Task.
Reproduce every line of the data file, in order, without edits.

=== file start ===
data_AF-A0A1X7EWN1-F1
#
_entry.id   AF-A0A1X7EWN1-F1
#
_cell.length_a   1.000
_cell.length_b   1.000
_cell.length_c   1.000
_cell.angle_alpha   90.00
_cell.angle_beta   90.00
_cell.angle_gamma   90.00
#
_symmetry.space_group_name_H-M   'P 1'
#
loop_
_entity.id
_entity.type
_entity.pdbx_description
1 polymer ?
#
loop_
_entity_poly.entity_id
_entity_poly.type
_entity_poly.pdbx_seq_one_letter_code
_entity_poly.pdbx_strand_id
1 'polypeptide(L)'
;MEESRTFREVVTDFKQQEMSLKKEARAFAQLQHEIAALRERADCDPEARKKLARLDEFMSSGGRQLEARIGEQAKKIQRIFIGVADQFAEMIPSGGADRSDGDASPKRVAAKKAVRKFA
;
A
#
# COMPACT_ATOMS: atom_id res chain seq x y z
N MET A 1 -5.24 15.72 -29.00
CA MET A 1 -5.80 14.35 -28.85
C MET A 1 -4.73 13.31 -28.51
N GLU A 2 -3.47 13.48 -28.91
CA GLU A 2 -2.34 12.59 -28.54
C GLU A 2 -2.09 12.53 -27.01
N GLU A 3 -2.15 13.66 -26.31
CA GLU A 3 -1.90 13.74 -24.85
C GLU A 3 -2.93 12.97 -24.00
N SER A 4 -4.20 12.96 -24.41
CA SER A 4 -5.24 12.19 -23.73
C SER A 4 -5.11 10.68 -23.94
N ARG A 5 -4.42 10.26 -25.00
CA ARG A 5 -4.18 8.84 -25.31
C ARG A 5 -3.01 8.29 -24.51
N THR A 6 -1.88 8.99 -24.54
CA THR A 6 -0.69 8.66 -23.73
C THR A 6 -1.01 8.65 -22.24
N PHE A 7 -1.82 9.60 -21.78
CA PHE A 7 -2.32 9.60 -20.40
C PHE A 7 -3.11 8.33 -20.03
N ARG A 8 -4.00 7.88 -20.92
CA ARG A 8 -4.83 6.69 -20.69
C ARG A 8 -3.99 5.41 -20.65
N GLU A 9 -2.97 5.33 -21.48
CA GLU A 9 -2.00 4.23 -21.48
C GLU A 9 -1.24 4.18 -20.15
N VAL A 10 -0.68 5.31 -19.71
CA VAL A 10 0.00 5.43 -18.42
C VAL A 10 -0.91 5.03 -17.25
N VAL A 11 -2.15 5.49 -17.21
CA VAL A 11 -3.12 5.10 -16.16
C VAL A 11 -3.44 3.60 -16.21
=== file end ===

data_AF-A0A1X7EWN1-F1
#
_entry.id   AF-A0A1X7EWN1-F1
#
_cell.length_a   1.000
_cell.length_b   1.000
_cell.length_c   1.000
_cell.angle_alpha   90.00
_cell.angle_beta   90.00
_cell.angle_gamma   90.00
#
_symmetry.space_group_name_H-M   'P 1'
#
loop_
_entity.id
_entity.type
_entity.pdbx_description
1 polymer ?
#
loop_
_entity_poly.entity_id
_entity_poly.type
_entity_poly.pdbx_seq_one_letter_code
_entity_poly.pdbx_strand_id
1 'polypeptide(L)'
;MEESRTFREVVTDFKQQEMSLKKEARAFAQLQHEIAALRERADCDPEARKKLARLDEFMSSGGRQLEARIGEQAKKIQRIFIGVADQFAEMIPSGGADRSDGDASPKRVAAKKAVRKFA
;
A
#
# COMPACT_ATOMS: atom_id res chain seq x y z
N MET A 1 -5.24 15.72 -29.00
CA MET A 1 -5.80 14.35 -28.85
C MET A 1 -4.73 13.31 -28.51
N GLU A 2 -3.47 13.48 -28.91
CA GLU A 2 -2.34 12.59 -28.54
C GLU A 2 -2.09 12.53 -27.01
N GLU A 3 -2.15 13.66 -26.31
CA GLU A 3 -1.90 13.74 -24.85
C GLU A 3 -2.93 12.97 -24.00
N SER A 4 -4.20 12.96 -24.41
CA SER A 4 -5.24 12.19 -23.73
C SER A 4 -5.11 10.68 -23.94
N ARG A 5 -4.42 10.26 -25.00
CA ARG A 5 -4.18 8.84 -25.31
C ARG A 5 -3.01 8.29 -24.51
N THR A 6 -1.88 8.99 -24.54
CA THR A 6 -0.69 8.66 -23.73
C THR A 6 -1.01 8.65 -22.24
N PHE A 7 -1.82 9.60 -21.78
CA PHE A 7 -2.32 9.60 -20.40
C PHE A 7 -3.11 8.33 -20.03
N ARG A 8 -4.00 7.88 -20.92
CA ARG A 8 -4.83 6.69 -20.69
C ARG A 8 -3.99 5.41 -20.65
N GLU A 9 -2.97 5.33 -21.48
CA GLU A 9 -2.00 4.23 -21.48
C GLU A 9 -1.24 4.18 -20.15
N VAL A 10 -0.68 5.31 -19.71
CA VAL A 10 0.00 5.43 -18.42
C VAL A 10 -0.91 5.03 -17.25
N VAL A 11 -2.15 5.49 -17.21
CA VAL A 11 -3.12 5.10 -16.16
C VAL A 11 -3.44 3.60 -16.21